Happenings in Brooklyn City 1853

Roman Catholic's Orphan Asylum

The ladies of the Catholic Churches in this City, assembled a few evenings since, and determined to hold a Fair for the Roman Catholic Orphan Asylum of the City of Brooklyn. The Fair will be held at Montague Hall, during Easter week, commencing on Easter Monday. The ladies and directors appeal with confidence to the citizens generally to aid them in this laudable effort.

They will be grateful for any contribution that may be offered. Destitute children are taken from the schools and placed in this Institution, and brought up to be useful members of society. There are at the present time in this place, 164 children, and the recent enlargement of the building, affords ample room to accommodate an increased number. Any contributions can be left at the Female Asylum, in Congress street, or at the Boys Asylum, corner of Clinton and Congress streets.

A Child Restored To Its Mother

We mentioned a few days since of Mrs. Mary Jane Cooper, of New York, claiming a child in possession of Angelina Styles, a woman in jail in this City, for being concerned with the burglars recently arrested in Philadelphia and brought to Brooklyn. The case was decided by Judge Greenwood, in favor of Mrs. Cooper, who it appears is the mother, on Wednesday last. The child is about six years of age, and at its birth, the mother then being unable to take care of it, was placed in the charge of Mrs. Styles, who has retained it ever since. The parting scene between the child and Mrs. S., was truly affecting, showing that all the finer feelings of her woman's nature had not been calloused by the source of life which she has led.

Episcopal Church

We understand there is a church in Brooklyn where a difference of opinion exists between the Rector and the Vestry. The latter have requested the former to resign, on the ground of general inefficiency, while the former refuses to recognize their right to interrogate him. The consequence is, there being no funds in the treasury, the Vestry refuses to supply the sinews of war, and in the mean time, have referred the whole matter tot he Bishop. It has since oozed out that the Rector and his friends have determined to refuse any compromise, and consequently the Vestry and their friends will secede, and, if our correspondent be right informed, are already contemplating forming a Joint Stock Company, for the purpose of building a new church, at a cost of $30,000.

A Memorial

A memorial to the State Legislature is in circulation for signatures on Long island, asking the protection of that body against the wrong about to be done to the inhabitants and property of the Island by the recent ordinance passed in Brooklyn, prohibiting the use of steam on the Long island Railroad within that city. The memorial, we understand, is very generally signed.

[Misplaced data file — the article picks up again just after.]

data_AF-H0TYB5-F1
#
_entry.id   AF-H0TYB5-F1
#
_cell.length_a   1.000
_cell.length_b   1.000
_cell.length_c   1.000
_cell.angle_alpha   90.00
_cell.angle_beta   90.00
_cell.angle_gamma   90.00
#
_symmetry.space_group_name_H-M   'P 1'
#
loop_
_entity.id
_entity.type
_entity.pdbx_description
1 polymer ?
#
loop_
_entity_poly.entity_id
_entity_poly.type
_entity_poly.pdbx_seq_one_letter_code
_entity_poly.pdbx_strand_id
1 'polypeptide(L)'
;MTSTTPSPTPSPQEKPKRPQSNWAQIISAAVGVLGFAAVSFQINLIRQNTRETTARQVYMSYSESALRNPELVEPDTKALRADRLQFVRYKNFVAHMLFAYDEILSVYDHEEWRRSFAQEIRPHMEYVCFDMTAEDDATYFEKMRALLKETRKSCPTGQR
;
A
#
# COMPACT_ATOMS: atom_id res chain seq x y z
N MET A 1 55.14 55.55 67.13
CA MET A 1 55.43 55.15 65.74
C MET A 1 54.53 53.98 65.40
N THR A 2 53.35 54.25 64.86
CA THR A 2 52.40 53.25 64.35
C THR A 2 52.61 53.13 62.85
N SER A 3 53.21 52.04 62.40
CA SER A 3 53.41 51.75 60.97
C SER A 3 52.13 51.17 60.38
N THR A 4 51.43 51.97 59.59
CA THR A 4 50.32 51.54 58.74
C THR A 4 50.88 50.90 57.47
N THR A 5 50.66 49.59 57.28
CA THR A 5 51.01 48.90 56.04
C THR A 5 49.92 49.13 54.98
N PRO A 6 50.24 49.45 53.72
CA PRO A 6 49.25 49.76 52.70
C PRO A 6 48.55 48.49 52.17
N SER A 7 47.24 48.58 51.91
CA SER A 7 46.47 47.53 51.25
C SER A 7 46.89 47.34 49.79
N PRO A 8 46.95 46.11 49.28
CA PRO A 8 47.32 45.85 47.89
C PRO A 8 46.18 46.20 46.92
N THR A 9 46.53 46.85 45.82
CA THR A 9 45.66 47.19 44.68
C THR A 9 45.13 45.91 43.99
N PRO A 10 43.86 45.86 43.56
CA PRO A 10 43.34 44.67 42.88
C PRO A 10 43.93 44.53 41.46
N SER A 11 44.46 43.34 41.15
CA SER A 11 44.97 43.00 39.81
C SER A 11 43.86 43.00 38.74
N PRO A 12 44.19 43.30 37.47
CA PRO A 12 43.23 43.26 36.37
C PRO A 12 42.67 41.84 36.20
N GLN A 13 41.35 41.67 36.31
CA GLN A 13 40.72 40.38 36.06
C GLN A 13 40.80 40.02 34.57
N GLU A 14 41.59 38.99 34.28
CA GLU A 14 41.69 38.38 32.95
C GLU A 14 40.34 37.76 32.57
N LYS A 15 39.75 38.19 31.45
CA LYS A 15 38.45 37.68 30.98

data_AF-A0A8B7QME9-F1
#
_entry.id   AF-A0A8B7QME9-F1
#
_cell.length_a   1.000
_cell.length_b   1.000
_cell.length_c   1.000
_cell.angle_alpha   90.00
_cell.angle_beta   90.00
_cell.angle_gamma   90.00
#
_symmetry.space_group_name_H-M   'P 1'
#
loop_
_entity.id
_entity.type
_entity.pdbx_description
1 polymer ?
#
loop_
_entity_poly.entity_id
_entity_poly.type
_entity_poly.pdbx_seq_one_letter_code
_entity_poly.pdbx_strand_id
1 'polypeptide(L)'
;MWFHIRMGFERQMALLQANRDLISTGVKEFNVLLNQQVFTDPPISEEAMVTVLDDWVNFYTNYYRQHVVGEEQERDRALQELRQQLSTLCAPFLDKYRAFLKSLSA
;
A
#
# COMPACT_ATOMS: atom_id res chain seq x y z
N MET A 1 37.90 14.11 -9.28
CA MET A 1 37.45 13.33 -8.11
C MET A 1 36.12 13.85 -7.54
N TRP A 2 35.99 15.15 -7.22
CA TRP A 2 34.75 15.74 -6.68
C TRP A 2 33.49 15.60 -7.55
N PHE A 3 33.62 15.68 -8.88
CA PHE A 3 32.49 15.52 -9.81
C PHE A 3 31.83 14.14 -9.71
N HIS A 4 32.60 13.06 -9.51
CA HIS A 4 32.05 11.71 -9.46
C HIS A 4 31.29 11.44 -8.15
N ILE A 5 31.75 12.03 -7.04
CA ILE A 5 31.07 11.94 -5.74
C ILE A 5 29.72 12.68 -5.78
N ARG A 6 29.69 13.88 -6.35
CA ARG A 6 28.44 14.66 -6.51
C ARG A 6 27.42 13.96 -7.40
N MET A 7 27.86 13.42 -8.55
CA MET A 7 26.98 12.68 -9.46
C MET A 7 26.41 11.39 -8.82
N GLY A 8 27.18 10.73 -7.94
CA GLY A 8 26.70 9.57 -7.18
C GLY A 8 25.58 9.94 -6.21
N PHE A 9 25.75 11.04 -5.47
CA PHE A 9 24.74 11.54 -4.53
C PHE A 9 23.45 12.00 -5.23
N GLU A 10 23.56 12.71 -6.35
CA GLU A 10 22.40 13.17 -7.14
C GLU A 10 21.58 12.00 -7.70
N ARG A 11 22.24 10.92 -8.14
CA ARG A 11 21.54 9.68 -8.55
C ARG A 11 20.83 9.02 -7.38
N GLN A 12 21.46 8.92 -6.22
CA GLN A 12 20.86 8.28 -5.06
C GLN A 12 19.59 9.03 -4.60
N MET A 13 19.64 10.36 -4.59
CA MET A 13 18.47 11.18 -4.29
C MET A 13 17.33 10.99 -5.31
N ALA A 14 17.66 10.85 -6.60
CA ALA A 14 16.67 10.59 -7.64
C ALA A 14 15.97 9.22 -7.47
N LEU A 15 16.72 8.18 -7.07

New Bank

It is stated that a new Banking Institution is about to be established in South Brooklyn, at the junction of Hamilton-avenue and Union-street to be called the Hamilton Bank. At this junction a large brick building has been erected, the upper part of which is intended for a first class hotel.

Long island Railroad

The trains on this road have been interrupted for several days past, on account of the great quantity of snow drifted upon the road. At some points the snow is five feet deep. The worst place is Southhold, near the lower part of the Island.

Death of An Old Teacher

Mr. Cyrus Bell, of this city, died on Wednesday last at the advanced age of 80 years. The deceased was one of the early settlers of Brooklyn, and for many years a successful teacher. Throughout his long life he bore a character above reproach.

New Line of Stages

A new line of omnibuses is about to be placed on the road between Jamaica and John H. Snediner, to connect with the lines already established between the latter place, Brooklyn and Williamsburg.


Judge Barculo will hold a Special Term of the Supreme Court in the City Hall, Brooklyn, on Monday next, at which time the Law Calendar will be taken up, and motions of every kind heard. At the February Circuit no contested motions will be heard.

Water For Brooklyn

His Honor Mayor Lambert and other Brooklyn officials, we learn, are at Albany, attending to the interests of this city, particularly the Water bill.


A servant in the family of Mr. John Benson, Front street, while walking in Washington, near York-street, on Wednesday evening, was run against by a sled on which boys were coasting in Washington street, knocked down, and by the fall broke one of her arms. She was taken to the Second District Police Station-house, where Dr. Gilfillan was called in, and after dressing the injured part she was conveyed home by the police.

A lady was knocked down in Johnson street last evening, in a similar manner, but escaped with a few bruises.

Gone Back For Trial

Tyrril, arrested in this city last week, by the Third District Police, charged with stealing $190 in Suffolk County, started for Riverhead yesterday, accompanied by two officers from that county, to be committed for trial. The accused states that he concealed the money near the place whence it was stolen, and will restore it as soon as he returns to the place.

Unnatural Conduct.

A man and his wife, named Young, who have recently resided at No. 17 State street, were arrested and committed yesterday, on the Coroner's warrant, charging them with causing the death of a child of theirs through neglect. The corpse laid in the house five days before coming to the knowledge of the Coroner.

Stealing Harness

A negro, well known in this vicinity by the name of Light, was arrested yesterday, by the First District Police, for stealing a set of harness from Mr. Wood, in Middagh-street. he was committed to answer.


Website: The History Box.com
Article Name: Happenings in Brooklyn City 1853
Researcher/Transcriber Miriam Medina


New York Daily Times Jan. 21, 1853 p.6 (1 page)
Time & Date Stamp: